3. Prohibition or restriction on organisations and individuals within China's territory to carry out relevant transactions, cooperation, and other activities with them; and
  4. Other necessary measures.

With the promulgation of the AFSL, there will be a potential conflict of laws between western countries and Chinese legal regimes. Such potential conflict will increase uncertainty for companies doing business in China. Companies should therefore monitor the ongoing China-US conflicts and developments closely and consider a potential action plan as and when it becomes necessary.

China Passes Data Security Law

On 10 June 2021, the Standing Committee of the National People’s Congress of the People's Republic of China officially passed the Data Security Law (数据安全法, "Data Security Law") which will come into effect on 1 September 2021. The Data Security Law comprises 55 Articles spread across seven Chapters, dealing with important issues such as Data Security and Development, Data Security Systems, Data Protection Obligations, and Security and Openness of Governmental Data. 

Although the provisions of the Data Security Law are broad and expansive, it does address some issues which will have a substantial impact on data operators both within and outside of China. For example, Article 2 gives the Data Security Law extraterritorial powers, providing that legal liability would be pursued against data processing activities that take place outside China, if such activities would harm China's national security or public interests, or the lawful rights of its citizens and organisations; Article 33 delegates the data intermediaries as the frontline gatekeeper and requires them to request the data providers to explain the source of their data, verify the identity of the parties involved in the data trading, and maintain records of the review and transaction process.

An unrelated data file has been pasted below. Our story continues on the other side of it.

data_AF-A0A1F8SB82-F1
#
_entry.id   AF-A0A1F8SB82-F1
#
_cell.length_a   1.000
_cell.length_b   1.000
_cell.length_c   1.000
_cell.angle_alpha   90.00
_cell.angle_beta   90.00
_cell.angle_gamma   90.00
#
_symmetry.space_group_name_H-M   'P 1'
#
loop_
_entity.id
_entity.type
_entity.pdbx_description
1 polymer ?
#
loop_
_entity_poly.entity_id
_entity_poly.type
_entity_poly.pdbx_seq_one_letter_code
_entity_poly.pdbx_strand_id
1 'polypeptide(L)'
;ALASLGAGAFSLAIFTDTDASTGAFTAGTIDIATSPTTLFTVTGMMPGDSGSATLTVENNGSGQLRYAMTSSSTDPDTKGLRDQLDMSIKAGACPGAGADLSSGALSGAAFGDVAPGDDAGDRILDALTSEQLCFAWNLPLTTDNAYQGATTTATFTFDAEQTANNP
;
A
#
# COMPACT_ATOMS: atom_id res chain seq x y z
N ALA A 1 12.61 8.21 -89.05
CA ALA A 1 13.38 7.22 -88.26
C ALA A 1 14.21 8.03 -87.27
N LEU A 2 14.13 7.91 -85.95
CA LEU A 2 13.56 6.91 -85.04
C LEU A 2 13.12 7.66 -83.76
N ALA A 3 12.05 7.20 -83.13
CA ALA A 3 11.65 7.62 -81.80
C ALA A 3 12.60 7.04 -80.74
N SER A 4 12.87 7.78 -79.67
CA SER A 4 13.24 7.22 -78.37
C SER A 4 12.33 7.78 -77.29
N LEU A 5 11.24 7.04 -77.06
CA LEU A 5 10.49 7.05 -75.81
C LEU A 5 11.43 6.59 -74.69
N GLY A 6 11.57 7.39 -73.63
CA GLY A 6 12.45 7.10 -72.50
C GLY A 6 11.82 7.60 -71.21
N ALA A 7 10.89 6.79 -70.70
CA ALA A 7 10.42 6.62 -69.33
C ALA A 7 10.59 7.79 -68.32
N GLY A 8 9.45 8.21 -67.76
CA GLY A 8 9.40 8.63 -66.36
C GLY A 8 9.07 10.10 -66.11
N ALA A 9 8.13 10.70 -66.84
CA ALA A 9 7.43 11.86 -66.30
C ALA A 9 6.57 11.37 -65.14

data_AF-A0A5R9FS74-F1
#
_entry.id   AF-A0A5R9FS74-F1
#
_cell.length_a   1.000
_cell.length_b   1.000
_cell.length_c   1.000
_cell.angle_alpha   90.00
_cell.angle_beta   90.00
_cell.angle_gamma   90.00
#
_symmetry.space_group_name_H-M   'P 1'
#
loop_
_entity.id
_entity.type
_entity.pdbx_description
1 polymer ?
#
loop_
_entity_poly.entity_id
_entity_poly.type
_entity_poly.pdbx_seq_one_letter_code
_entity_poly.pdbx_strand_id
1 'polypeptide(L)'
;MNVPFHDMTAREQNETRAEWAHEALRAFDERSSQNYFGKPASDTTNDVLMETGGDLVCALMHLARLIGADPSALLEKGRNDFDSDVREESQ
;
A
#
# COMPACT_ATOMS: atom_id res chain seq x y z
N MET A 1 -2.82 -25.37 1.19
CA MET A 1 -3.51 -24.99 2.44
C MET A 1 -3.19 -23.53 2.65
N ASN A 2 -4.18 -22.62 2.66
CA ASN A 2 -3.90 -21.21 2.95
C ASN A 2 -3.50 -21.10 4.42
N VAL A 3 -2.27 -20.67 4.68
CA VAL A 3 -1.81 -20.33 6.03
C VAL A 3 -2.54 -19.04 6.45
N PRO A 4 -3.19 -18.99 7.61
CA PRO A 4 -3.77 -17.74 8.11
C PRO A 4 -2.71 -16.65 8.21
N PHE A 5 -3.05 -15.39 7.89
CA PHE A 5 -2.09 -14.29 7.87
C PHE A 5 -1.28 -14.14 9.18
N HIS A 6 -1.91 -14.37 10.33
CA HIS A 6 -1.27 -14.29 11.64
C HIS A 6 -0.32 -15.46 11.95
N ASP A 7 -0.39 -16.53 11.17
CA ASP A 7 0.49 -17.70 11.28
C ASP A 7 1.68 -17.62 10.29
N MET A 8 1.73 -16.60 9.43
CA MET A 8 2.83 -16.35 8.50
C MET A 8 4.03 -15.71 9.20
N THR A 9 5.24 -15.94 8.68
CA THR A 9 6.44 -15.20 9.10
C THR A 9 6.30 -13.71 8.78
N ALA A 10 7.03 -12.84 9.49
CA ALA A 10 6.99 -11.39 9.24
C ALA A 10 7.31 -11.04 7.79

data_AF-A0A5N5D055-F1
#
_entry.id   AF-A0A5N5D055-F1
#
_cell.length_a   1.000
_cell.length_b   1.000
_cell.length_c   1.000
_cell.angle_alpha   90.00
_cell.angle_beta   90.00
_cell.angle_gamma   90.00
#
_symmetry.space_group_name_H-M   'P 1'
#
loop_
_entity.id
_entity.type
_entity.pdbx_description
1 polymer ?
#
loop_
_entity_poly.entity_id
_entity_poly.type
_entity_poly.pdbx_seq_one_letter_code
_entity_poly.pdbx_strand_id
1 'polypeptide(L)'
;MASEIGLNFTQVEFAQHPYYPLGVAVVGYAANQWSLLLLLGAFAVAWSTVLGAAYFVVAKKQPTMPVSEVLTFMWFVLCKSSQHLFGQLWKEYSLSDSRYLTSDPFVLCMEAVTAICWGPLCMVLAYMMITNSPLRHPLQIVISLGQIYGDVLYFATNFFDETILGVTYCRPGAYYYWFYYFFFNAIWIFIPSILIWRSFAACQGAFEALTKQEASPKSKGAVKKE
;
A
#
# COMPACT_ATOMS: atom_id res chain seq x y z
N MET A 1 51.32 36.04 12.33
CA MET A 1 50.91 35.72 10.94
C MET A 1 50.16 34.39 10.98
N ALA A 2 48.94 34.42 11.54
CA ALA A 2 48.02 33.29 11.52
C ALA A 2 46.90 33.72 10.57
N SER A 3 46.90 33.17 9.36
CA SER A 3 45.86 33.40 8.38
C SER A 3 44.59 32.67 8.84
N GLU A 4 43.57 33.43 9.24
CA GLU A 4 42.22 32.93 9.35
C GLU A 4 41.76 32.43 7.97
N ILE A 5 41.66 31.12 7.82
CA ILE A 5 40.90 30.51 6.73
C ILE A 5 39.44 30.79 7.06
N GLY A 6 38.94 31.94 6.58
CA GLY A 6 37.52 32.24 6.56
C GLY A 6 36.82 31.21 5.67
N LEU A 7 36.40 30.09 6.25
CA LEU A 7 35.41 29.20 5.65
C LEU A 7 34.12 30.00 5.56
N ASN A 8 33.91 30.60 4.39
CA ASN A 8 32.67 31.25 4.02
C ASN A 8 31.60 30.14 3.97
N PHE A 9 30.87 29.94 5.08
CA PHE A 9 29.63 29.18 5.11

The Data Security Law is just a prelude to the Chinese government's tightening of regulations on data security and protection. The recent investigation on DiDi, the largest ride-hailing company in China, by the Cyberspace Administration of China due to Didi's illegal collection of user data, clearly shows the Chinese government's determination and efforts to safeguard data security. 

Does an Arbitration Agreement Bind the Undisclosed Principal to a Contract?

In June 2020, the Beijing No. 4 Intermediate People's Court ("Court") granted a landmark civil ruling which dismissed the application to set aside an arbitral award issued by the China International Economic and Trade Arbitration Commission (CIETAC). The Court held that in the situation of an undisclosed agency, the arbitration agreement in a contract that is signed by the agent shall bind the undisclosed principal to the contract. It is one of the few cases where a Chinese court has extended the effect of the arbitration agreement to a party who does not sign the underlying contract. It shows that the doctrine of privity of contract can be "overridden" in special circumstances, e.g. undisclosed agency. 

For more information, click here to read our Legal Update. 

Please note that whilst the information in this Update is correct to the best of our knowledge and belief at the time of writing, it is only intended to provide a general guide to the subject matter and should not be treated as a substitute for specific professional advice.